I drive very little so the high gas prices have had little impact compared to the overall upside I have experienced from the overall bad economy. The recovered stock market has improved my stock fund holdings and dividends, too.
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Old 04-25-2012, 02:13 PM   #4
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+1 I sometimes feel guilty that we have prospered while so many have suffered but a lot was right place/right time and being well positioned to begin with.
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Old 04-25-2012, 02:15 PM   #5
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The bad economy cut down on tourism and development in our area, which is a good thing for us. The best was that a local pulp mill went out of business permanently, meaning a big improvement in air quality.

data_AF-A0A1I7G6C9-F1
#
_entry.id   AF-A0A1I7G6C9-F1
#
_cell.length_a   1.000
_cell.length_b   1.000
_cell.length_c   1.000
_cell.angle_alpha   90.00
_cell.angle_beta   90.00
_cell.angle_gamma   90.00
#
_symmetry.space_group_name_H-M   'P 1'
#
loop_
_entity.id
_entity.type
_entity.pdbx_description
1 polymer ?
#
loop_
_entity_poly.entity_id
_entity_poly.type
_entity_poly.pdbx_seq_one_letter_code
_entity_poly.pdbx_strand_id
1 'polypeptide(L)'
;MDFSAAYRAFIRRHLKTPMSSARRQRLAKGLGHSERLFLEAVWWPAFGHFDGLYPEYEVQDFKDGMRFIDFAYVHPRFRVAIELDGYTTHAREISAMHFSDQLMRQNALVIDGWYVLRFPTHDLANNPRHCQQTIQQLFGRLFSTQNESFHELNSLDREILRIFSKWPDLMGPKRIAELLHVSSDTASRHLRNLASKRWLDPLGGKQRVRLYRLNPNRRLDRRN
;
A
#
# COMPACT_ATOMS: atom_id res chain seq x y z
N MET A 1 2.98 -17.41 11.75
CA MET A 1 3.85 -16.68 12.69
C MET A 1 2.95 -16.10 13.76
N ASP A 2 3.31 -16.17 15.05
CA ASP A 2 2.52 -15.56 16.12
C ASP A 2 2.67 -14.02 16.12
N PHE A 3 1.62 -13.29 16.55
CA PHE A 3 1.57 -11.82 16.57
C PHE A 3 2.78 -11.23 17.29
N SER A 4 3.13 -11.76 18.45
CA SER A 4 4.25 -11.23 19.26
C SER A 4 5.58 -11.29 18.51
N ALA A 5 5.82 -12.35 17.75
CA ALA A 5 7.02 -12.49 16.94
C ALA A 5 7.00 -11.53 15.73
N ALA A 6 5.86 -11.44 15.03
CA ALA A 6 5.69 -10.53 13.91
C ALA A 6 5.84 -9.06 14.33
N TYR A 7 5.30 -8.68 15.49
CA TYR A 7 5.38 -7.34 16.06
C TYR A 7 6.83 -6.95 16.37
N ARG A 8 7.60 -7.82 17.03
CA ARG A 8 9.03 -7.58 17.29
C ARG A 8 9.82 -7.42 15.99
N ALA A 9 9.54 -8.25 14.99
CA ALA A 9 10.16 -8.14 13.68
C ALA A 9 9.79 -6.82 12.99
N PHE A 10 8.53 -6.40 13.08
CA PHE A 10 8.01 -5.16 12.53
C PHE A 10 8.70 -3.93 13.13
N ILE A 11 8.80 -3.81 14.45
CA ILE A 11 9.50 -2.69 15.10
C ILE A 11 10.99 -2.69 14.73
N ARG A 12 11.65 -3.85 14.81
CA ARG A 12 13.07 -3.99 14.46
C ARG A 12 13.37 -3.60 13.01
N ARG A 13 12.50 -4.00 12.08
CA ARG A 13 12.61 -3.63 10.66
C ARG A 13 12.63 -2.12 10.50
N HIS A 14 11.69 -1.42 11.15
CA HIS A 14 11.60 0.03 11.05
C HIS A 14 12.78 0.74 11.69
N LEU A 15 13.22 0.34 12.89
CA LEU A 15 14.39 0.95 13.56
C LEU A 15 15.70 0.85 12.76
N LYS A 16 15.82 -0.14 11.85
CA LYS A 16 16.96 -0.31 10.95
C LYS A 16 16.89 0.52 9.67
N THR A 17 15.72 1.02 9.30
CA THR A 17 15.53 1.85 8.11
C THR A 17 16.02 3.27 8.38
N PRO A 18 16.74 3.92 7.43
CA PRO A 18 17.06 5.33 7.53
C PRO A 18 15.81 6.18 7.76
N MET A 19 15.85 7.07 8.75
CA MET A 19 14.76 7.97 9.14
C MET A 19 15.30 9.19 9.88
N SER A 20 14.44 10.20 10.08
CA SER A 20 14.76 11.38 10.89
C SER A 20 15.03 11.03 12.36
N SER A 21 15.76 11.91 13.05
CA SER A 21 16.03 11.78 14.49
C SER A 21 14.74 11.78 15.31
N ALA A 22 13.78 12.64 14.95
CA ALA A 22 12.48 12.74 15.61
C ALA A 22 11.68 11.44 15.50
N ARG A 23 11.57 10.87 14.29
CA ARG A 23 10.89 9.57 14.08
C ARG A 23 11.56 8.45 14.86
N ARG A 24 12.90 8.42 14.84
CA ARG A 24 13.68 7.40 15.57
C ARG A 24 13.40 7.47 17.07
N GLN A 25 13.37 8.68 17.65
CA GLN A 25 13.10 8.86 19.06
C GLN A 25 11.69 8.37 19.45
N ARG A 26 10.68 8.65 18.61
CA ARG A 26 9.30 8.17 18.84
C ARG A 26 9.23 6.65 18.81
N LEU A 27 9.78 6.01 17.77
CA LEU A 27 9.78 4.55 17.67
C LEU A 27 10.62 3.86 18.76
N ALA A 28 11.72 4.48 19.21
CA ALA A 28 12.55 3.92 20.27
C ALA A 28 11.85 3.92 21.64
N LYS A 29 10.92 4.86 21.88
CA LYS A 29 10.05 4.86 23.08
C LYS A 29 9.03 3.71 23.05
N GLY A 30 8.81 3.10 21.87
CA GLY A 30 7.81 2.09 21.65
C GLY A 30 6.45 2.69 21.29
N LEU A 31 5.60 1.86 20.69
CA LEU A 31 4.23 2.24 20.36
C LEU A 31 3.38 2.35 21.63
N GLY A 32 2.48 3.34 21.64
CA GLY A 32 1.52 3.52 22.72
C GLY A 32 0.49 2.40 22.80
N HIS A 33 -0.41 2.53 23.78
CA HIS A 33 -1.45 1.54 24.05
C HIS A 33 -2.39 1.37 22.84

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Old 04-25-2012, 03:10 PM   #6
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+1 I sometimes feel guilty that we have prospered while so many have suffered but a lot was right place/right time and being well positioned to begin with.
Yes. It makes for some weird conversations with neighbors and family. Many people freaked out and just trying to weather the storm while we are doing really well.
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Old 04-25-2012, 06:49 PM   #7
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Originally Posted by CorporateSoldier View Post
Curious if anyone else out there is finding themselves doing really well in this mess of an economy.

My company has been on fire the past few years and my income has been at an all time high. I was making anywhere from 100k - 125k and then more than doubled my income over the past few years due to bonuses and company stock performance.